The Mythical Hero’s Otherworld Chronicles, Vol. 1

By Tatematsuri and Ruria Miyuki. Released in Japan as “Shinwa Densetsu no Eiyū Isekai Tan” by Overlap Bunko. Released in North America by J-Novel Club. Translated by James Whittaker.

Sometimes you just want to get serious. Isekai titles have been around for a while now, and we’re used to seeing pastiches, parodies, and satires of the genre. Plus, of course, they’re often written like RPG games, so the writer does not have to worry about pesky things like plot or setting. But suppose you *are* a writer who likes those things? Suppose worldbuilding is your jam? And suppose that you really do take the isekai premise seriously? Well, you’d probably end up with something close to this book. The Mythical Hero’s Otherworld Chronicles is not entirely humorless (sadly, the humor is entirely the “grrr, I am jealous of our princess having no boundaries around you” sort of humor), but for the most part it’s hear to earnestly tell a story of what happens when a hero has to return to the land that he saved a thousand years later to save it again.

Three years ago, a young man named Hiro was found in his bed injured, covered in dirt, and with his hair grown long overnight. Doctors were baffled… as was Hiro, who could not remember anything. He has recently been having dreams, though, dreams where he’s a powerful swordsman in another world. No prizes for guessing that’s what happened three years ago. But then it happens again, and he ends up back in that world, now one thousand years in the future. Unfortunately, he doesn’t have any memories of his previous time there, nor does he seem to have any special powers. Fortunately, he does run across a young princess, 6th in line for the throne, who is on her way to political exile and who seems to take an instant liking to him. Is this really the same world that Hiro saved before? And can he regain his memories in time to do it again?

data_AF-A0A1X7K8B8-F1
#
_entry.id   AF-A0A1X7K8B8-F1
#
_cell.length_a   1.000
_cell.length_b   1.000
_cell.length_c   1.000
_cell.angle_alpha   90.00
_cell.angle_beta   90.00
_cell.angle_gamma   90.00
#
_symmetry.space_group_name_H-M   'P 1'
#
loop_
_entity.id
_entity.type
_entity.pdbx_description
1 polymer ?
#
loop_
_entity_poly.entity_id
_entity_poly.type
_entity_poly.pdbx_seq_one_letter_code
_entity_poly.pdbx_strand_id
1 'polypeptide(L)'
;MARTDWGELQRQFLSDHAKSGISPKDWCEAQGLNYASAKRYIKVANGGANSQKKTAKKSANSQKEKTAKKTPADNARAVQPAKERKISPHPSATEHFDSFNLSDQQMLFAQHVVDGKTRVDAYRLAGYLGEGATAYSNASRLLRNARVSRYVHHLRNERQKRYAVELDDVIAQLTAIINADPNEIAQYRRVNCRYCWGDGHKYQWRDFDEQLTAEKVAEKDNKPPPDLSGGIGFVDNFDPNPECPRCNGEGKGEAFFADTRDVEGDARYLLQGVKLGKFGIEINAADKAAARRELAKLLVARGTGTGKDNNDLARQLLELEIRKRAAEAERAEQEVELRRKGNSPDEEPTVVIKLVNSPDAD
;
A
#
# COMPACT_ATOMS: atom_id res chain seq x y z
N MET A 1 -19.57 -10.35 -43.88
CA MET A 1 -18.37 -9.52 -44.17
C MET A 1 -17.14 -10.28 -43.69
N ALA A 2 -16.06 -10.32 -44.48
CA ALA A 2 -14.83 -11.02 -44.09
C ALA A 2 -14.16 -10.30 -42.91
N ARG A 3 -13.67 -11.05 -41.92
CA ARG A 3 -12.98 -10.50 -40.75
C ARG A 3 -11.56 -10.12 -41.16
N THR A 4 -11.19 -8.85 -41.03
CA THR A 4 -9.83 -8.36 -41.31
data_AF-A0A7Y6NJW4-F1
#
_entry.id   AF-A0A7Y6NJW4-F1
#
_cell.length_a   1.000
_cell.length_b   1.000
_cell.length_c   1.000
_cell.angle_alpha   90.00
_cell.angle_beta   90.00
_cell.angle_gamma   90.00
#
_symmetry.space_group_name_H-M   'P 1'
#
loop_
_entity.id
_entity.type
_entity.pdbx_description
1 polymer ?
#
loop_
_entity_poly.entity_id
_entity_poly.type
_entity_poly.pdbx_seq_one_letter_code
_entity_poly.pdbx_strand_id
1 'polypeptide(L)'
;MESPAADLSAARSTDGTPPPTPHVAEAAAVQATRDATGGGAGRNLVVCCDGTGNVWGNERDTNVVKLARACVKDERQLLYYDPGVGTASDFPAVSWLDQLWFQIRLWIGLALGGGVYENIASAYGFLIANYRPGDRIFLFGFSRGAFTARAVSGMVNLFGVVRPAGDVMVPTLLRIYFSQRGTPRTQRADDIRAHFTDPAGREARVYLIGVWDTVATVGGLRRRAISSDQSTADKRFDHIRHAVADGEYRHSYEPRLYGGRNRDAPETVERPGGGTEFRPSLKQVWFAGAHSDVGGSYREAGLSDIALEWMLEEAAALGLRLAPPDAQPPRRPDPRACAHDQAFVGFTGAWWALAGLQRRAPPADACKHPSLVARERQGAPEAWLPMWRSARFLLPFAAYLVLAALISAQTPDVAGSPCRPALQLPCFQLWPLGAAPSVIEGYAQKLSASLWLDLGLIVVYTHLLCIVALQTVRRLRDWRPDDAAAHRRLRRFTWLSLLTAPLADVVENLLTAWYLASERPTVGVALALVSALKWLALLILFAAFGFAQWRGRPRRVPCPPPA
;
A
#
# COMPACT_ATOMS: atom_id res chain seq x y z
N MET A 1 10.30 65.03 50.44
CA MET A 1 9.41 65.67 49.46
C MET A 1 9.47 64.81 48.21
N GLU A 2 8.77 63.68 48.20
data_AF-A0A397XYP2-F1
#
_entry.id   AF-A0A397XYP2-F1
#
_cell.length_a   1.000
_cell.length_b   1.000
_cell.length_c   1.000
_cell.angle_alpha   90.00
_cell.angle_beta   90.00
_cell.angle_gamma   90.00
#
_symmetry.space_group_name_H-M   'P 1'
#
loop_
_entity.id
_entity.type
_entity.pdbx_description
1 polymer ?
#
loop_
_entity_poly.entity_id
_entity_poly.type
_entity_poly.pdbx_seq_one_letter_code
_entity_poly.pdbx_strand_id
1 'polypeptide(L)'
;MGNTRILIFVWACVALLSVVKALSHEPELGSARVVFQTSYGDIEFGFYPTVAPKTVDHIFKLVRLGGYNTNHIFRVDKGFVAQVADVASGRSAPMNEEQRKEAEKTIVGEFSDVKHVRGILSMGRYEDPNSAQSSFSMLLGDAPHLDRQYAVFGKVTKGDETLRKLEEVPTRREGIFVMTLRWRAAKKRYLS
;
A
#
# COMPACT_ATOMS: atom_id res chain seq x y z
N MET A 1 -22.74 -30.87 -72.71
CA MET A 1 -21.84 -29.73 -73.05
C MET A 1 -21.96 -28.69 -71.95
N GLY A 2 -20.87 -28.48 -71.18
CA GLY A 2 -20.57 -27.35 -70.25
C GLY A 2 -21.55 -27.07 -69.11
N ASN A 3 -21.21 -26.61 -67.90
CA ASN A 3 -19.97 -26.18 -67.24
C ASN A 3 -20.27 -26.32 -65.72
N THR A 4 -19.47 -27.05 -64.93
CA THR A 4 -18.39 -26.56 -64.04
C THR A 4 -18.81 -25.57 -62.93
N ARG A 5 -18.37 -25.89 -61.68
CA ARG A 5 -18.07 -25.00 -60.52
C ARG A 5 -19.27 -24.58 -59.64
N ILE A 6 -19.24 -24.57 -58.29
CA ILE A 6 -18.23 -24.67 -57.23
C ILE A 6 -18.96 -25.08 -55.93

If you enjoyed Altina the Sword Princess but wished that Regis was an incredibly OP warrior who saved the day through battle instead of strategy, you’d have something of an idea of how this book runs. It’s a very testosterone-driven book, and it did not escape my notice that while there are two powerful young women in the book, both of them need saving by the hero. I’m hoping that’s not a habit. (There’s also an implied sex scene, but you can easily ignore that.) Liz, the princess, has absolutely no boundaries around Hiro at all, to a baffling degree – I get that she takes a shine to him immediately, but it verges on the ridiculous. And her rivals, the other princes in the throne war, seem to all come from the Sword Art Online school of “all villains must be as evil as possible, no grey areas whatsoever”, so we get them literally laying on a pile of captured nude women. As I said, testosterone driven book.

Despite this, the prose is well written, the battles are exciting, and the story makes sense. If you’re looking for a power fantasy and you’re a teenage boy, this is perfect for you. I may read another volume.

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